XSS flaws occur whenever an application takes user supplied data and sends it to a web browser without first validating or encoding that content. XSS allows attackers to execute script in the victim's browser which can hijack user sessions, deface web sites, possibly introduce worms, etc.

How to prevent XSS atacks? Tips from the site
1. Use proper input validation techniques
2. Encoding the output. This includes data read from files and databases.
For input validation, its better to go for a ‘positive’ security policy that specifies what is allowed rather than a ‘Negative’ or attack signature based policies as they are difficult to maintain and are likely to be incomplete.

The following link at MSDN contains some good info about preventing XSS attacks:
Microsoft even has a "Anti-Cross Site Scripting Library" available at:

The OWASP site defines CSRF as follows:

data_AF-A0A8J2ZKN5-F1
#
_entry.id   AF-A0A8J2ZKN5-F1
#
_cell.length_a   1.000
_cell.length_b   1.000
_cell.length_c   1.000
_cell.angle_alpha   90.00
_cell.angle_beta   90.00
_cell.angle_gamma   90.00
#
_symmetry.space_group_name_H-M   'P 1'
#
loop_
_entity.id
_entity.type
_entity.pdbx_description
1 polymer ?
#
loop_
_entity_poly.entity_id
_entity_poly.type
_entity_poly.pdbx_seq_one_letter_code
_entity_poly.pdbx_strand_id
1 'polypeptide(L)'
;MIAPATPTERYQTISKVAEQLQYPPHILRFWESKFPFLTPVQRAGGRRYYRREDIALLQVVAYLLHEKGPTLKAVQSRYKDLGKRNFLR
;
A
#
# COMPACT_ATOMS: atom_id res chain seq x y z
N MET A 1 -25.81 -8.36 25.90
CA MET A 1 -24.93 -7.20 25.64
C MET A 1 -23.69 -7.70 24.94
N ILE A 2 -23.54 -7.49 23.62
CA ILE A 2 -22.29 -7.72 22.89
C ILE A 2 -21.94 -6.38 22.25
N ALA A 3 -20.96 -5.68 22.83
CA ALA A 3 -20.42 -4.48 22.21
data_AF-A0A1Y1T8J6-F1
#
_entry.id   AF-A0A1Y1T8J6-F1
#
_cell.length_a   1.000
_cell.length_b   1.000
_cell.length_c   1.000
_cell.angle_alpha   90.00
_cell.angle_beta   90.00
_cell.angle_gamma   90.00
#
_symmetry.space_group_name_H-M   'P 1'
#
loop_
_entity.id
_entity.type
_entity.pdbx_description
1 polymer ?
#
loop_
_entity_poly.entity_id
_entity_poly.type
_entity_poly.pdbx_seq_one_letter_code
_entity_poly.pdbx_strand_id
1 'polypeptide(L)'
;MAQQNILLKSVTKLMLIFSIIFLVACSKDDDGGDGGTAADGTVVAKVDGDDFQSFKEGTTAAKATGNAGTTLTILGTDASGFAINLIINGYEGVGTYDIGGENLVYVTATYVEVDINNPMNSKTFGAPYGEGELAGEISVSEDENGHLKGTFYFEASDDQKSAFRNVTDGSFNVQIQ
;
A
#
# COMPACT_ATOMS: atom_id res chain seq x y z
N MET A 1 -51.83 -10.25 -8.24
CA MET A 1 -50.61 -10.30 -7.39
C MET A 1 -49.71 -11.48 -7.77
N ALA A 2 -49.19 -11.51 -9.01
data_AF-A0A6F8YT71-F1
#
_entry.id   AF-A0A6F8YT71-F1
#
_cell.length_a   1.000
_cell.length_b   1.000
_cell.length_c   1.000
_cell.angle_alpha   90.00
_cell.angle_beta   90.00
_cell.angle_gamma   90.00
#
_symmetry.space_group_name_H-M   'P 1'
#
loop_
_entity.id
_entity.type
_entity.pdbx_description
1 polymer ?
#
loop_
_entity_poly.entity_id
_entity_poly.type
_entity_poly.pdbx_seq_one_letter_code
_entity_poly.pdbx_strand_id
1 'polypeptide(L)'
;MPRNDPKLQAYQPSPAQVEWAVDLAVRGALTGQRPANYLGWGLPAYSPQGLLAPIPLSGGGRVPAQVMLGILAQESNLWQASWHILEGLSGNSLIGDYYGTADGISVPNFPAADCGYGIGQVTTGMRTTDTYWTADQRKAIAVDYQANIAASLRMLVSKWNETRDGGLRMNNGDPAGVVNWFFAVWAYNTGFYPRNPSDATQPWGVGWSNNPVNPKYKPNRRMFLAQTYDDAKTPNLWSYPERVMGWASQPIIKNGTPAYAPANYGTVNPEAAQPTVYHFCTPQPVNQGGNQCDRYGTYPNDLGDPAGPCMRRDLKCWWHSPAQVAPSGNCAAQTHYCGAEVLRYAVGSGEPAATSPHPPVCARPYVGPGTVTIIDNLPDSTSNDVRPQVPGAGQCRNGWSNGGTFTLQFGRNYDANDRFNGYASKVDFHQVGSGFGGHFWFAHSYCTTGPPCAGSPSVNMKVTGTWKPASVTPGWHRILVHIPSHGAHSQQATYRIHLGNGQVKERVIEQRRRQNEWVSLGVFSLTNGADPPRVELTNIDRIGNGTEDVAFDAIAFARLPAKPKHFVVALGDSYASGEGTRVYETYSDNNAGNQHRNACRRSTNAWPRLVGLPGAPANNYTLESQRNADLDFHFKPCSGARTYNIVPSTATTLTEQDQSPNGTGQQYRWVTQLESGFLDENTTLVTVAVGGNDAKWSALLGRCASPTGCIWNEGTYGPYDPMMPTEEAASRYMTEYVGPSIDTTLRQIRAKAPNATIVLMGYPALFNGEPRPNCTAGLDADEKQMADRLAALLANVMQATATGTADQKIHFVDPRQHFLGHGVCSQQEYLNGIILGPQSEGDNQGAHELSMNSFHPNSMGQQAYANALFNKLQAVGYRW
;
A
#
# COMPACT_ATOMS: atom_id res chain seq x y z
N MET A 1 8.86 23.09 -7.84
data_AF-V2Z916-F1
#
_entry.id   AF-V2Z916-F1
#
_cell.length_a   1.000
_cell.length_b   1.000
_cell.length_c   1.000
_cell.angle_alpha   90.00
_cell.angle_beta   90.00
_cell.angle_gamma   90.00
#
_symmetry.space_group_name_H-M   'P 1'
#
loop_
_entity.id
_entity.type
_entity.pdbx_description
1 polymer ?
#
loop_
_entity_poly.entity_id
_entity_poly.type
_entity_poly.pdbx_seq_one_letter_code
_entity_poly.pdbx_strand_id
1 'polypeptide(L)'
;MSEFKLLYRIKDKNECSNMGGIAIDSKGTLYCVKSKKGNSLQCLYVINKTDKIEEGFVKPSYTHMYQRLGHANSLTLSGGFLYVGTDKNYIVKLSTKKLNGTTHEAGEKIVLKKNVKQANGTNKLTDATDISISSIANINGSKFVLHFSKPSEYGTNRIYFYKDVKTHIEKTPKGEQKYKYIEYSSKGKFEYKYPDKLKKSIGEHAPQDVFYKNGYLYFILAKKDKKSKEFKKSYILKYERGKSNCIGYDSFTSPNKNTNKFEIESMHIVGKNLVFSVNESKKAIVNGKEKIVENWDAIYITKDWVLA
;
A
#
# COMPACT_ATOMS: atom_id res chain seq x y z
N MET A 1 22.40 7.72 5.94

Cross-Site Request Forgery (CSRF) is an attack that tricks the victim into loading a page that contains a malicious request. It is malicious in the sense that it inherits the identity and privileges of the victim to perform an undesired function on the victim's behalf, like change the victim's e-mail address, home address, or password, or purchase something. CSRF attacks generally target functions that cause a state change on the server but can also be used to access sensitive data.

One technique to prevent event CSRF attacks is to use the 'Token Synchronization' pattern. Sample filters for JEE and .NET are available on the OSWAP site at the following links:

Storing sensitive information in properties file

In JEE and .NET applications we often store data access configuration parameters such as username, password, datasource URL in properties files. But how to protect this sensitive information? The obvious answer is to encrypt the file or the 'string' properties. But then the question is - where do U store the key? If U encrypt the key, then U would require another key to decrypt this key...a classic chicken-and-egg problem.

Browsing thru OWASP site pages, I came across this page that contained some interesting ideas for this problem. Snippet from the site: